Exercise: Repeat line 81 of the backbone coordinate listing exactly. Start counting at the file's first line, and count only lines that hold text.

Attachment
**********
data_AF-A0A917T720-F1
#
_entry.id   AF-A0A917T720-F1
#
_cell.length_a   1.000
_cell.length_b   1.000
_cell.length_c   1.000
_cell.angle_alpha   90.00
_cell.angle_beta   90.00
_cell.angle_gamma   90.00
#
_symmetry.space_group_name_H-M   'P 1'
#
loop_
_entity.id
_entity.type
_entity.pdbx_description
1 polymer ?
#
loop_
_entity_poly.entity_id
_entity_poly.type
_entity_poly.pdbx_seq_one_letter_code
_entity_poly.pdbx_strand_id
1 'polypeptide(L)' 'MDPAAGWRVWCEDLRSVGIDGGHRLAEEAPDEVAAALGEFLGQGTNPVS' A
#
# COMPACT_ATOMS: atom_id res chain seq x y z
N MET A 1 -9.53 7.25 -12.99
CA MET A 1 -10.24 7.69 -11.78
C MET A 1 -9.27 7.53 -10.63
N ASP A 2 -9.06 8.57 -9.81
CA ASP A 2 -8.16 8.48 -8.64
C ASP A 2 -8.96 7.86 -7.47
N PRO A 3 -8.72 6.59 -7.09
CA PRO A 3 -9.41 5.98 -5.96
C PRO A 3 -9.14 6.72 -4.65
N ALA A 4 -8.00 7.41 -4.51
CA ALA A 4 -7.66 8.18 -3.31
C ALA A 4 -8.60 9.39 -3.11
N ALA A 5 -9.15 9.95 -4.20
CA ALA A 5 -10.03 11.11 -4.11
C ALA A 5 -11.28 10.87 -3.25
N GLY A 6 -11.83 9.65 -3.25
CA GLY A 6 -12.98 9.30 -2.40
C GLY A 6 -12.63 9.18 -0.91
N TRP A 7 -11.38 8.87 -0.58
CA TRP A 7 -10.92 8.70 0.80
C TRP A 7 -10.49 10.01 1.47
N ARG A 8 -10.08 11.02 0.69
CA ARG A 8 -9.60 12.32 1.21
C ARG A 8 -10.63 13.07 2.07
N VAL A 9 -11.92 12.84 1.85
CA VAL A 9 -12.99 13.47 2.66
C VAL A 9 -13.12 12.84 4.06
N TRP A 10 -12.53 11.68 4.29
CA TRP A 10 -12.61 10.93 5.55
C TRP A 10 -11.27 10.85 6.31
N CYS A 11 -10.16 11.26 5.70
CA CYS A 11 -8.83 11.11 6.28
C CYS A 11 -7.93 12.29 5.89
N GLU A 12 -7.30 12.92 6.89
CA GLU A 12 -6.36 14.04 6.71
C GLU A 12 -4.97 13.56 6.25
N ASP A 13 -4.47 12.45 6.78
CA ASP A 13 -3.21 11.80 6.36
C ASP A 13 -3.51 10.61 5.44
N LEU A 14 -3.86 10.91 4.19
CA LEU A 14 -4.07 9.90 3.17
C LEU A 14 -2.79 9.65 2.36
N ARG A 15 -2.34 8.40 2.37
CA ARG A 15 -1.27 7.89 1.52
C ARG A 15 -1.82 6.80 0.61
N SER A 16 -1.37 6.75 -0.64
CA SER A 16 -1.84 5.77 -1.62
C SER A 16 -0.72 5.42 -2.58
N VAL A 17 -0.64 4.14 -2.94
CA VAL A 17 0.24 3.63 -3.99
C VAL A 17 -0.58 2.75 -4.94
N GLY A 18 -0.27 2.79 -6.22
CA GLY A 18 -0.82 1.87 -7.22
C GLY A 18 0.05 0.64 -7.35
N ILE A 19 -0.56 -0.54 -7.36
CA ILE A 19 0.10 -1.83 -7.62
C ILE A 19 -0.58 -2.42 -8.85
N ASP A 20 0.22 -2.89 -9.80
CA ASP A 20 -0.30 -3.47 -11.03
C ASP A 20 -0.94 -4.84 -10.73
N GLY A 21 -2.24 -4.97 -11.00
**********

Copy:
C GLY A 18 0.05 0.64 -7.35